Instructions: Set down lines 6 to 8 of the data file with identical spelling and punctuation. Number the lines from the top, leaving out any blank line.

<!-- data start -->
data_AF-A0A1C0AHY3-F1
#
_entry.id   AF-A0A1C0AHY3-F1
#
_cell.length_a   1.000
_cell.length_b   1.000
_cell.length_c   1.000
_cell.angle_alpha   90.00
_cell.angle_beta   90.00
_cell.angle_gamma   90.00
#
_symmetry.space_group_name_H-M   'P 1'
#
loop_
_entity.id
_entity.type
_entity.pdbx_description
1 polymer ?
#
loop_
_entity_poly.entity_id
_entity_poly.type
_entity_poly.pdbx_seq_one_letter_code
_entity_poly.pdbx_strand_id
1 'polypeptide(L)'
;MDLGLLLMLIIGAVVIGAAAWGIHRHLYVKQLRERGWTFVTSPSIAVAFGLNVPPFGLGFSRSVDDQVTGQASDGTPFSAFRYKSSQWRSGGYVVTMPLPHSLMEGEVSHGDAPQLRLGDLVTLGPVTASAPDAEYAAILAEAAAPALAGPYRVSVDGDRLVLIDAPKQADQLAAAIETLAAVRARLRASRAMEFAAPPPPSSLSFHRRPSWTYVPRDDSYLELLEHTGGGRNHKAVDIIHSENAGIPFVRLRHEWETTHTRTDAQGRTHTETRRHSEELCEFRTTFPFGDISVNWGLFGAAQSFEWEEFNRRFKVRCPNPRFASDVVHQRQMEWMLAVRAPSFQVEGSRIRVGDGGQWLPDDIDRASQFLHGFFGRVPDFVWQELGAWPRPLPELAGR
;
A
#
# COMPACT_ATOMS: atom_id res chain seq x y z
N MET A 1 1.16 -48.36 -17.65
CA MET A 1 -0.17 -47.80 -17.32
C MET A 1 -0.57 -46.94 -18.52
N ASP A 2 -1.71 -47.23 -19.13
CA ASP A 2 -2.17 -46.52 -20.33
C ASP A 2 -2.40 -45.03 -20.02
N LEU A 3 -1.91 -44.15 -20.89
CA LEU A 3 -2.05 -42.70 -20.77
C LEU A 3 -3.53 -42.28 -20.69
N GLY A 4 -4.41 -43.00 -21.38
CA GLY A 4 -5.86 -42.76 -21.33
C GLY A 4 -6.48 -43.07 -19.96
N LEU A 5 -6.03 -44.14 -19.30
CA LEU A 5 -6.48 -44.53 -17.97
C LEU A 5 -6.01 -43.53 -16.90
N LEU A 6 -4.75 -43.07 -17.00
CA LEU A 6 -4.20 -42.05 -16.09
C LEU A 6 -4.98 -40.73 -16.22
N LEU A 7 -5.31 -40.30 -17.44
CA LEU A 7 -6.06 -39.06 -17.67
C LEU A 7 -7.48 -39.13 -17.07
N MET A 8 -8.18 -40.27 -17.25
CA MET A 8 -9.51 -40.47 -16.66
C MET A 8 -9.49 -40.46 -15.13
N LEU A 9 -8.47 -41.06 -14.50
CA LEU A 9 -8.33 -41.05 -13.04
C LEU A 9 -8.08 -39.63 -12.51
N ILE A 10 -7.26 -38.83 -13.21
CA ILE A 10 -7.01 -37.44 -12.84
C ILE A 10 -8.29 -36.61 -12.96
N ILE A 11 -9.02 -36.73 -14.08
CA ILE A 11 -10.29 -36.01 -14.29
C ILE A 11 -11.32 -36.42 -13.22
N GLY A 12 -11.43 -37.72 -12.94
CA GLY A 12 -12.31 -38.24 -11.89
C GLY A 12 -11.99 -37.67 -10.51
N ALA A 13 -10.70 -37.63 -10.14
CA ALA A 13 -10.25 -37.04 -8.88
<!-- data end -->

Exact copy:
_cell.length_b   1.000
_cell.length_c   1.000
_cell.angle_alpha   90.00